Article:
The gold standard for diagnosing COVID-19 is reverse transcription polymerase chain reaction (RT-PCR), a technique for which its inventor, Kary Mullis, was awarded the Nobel Prize. As we have discovered over the past few hectic months, RT-PCR does have some drawbacks: results are not immediately available; the swabs to collect a tissue sample from the back of the nose and reagents are in short supply; and the test may give false-negative results about 30% of the time.
The image above right is a 3D model based on computed tomography (CT) scans and shows how COVID-19 wreaked significant damage – highlighted in yellow – on the lungs of a 59-year-old patient who later died of the disease (© George Washington University). Because COVID-19 is a respiratory disease, both lung CT and chest X-rays have been touted as alternative methods of diagnosis, but there has been disagreement in the literature. Radiologists from Iran – one of the countries hardest hit by the pandemic – reported in Academic Radiology that chest CT was superior to RT-PCR, while the American College of Radiology has recommended against using CT for screening and diagnosis.
Although chest X-rays are routinely used to identify lung infections such as pneumonia, a recent paper in the Journal of Urgent Care Medicine has suggested these images are not a reliable method to diagnose COVID-19. One of the drawbacks of 2D digital X-rays is that all structures, such as the ribs, are superimposed on one another, making it difficult to identify features that may indicate pathology. A technology that encompasses the benefits of X-rays – low dose and high spatial resolution – but supports 3D visualisation, is digital tomosynthesis (DT).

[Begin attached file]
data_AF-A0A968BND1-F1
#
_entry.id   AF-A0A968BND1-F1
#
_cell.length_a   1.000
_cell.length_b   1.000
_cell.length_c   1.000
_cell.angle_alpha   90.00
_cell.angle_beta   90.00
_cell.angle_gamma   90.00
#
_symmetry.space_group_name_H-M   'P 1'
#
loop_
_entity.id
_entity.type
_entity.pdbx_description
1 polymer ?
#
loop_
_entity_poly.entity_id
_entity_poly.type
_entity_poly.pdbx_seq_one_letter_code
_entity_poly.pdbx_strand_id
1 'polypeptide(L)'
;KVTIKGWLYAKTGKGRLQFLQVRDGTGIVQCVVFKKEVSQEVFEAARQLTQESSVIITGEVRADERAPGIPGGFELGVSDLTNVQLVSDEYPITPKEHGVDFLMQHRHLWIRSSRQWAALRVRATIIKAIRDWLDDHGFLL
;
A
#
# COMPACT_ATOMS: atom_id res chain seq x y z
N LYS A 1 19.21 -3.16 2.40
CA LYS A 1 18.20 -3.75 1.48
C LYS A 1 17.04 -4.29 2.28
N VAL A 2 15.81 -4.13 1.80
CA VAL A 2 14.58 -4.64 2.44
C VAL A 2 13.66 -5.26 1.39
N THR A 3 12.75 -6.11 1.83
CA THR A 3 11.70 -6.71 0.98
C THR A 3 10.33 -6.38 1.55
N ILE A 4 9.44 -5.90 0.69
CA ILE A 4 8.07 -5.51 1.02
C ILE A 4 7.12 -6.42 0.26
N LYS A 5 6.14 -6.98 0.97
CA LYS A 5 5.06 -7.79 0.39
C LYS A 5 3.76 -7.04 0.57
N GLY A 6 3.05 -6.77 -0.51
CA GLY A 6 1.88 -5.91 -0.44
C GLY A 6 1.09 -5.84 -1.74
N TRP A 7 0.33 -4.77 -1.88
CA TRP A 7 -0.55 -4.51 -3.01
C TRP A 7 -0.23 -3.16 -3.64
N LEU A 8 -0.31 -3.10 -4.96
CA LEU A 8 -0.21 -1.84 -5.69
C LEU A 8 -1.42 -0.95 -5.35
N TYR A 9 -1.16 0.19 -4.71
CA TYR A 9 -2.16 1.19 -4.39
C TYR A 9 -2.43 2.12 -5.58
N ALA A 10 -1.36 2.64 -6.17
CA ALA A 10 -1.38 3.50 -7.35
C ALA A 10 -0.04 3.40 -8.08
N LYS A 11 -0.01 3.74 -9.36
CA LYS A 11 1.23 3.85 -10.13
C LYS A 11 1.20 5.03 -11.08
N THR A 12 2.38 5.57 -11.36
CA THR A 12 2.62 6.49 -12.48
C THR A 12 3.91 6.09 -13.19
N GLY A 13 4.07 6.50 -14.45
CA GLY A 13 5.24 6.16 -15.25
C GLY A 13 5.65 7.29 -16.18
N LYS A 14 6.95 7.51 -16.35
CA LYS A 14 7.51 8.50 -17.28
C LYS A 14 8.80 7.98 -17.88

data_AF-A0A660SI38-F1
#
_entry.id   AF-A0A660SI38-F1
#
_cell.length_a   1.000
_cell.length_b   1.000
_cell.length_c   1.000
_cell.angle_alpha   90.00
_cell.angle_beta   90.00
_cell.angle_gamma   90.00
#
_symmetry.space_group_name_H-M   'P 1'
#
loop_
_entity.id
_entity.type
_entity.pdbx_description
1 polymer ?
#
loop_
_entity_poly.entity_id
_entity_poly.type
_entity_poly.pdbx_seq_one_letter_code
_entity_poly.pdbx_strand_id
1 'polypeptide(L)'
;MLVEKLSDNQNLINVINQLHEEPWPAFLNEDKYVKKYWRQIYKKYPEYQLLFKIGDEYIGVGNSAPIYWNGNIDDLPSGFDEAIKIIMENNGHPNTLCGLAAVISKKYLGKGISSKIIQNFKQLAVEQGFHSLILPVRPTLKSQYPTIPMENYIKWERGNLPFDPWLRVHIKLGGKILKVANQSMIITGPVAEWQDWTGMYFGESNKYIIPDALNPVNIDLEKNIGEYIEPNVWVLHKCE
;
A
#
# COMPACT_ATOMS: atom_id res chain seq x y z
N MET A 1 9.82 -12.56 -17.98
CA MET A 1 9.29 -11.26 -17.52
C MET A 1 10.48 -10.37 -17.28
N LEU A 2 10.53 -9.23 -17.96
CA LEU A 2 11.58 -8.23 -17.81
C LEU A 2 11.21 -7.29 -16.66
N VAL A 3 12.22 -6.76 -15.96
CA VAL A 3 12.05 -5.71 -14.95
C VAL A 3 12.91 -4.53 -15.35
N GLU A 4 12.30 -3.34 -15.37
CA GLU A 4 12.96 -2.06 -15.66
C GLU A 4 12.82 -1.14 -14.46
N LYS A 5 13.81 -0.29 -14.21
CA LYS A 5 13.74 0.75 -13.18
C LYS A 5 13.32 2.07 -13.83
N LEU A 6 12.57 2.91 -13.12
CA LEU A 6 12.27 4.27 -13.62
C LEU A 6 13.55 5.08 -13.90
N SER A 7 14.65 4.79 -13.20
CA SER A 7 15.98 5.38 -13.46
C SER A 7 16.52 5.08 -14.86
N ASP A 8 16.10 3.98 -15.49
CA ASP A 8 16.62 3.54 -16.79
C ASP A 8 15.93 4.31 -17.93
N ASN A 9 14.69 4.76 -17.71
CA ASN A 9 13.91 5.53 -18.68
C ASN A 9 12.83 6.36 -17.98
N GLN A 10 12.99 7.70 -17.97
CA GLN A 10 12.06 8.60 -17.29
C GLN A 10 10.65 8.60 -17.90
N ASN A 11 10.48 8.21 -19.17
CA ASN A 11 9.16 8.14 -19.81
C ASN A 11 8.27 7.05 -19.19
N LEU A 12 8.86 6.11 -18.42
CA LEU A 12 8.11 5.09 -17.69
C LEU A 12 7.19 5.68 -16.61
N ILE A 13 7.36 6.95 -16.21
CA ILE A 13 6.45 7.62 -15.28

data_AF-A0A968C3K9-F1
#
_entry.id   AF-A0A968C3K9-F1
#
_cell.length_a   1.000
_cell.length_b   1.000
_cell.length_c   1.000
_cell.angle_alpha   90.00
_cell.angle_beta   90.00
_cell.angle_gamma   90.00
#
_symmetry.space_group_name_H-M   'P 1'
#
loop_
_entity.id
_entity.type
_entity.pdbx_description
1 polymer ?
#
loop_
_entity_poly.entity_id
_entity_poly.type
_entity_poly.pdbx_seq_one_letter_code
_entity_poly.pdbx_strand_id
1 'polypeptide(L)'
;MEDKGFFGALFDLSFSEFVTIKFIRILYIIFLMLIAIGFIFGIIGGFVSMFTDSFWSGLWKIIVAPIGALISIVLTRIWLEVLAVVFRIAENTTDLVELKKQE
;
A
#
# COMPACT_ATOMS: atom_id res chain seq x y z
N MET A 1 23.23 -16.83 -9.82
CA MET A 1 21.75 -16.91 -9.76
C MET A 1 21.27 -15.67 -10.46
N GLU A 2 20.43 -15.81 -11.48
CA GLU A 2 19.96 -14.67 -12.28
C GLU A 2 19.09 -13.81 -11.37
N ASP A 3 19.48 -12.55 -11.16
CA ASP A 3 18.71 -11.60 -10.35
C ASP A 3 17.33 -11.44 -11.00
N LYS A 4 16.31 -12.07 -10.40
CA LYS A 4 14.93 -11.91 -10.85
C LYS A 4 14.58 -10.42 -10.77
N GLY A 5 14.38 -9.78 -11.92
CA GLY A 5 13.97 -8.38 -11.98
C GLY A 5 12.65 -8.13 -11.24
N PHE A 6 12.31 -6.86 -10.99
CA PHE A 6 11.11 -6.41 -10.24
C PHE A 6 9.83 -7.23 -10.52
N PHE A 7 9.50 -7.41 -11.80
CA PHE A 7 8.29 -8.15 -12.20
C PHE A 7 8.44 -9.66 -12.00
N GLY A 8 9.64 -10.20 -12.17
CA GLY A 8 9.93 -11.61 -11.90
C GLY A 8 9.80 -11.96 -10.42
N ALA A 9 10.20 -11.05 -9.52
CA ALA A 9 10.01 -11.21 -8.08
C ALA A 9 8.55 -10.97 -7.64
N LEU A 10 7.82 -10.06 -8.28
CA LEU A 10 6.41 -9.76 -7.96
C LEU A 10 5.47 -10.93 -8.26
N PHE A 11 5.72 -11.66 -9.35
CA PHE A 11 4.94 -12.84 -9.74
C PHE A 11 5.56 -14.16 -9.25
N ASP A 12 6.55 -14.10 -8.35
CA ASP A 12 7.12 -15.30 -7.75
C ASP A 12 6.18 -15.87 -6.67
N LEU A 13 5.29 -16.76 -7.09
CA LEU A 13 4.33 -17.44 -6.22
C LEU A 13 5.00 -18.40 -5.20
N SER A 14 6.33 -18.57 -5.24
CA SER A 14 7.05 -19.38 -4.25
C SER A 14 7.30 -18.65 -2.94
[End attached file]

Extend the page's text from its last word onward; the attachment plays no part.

Seen above left is a standard DT setup: a patient lies on a bed, an X-ray detector is located beneath him and an X-ray tube moves through an arc above his chest. A research group from Ukraine has just published a paper in which they gathered a chest X-ray of a patient with confirmed COVID-19 and compared that with a frontal plane slice generated by tomosynthesis (see below, © Teleoptic).
The image shows the same ground-glass opacities that are the hallmark of early disease seen on CT, but at a higher spatial resolution and significantly lower dose. Now might be the time for medical imaging facilities to consider tomosynthesis as a modality that could contribute to fighting this pandemic, although the lungs are not the only organ affected. As highlighted in today’s edition of Science, while the lungs are ground zero, “COVID-19 also tears through organ systems from brain to blood vessels.”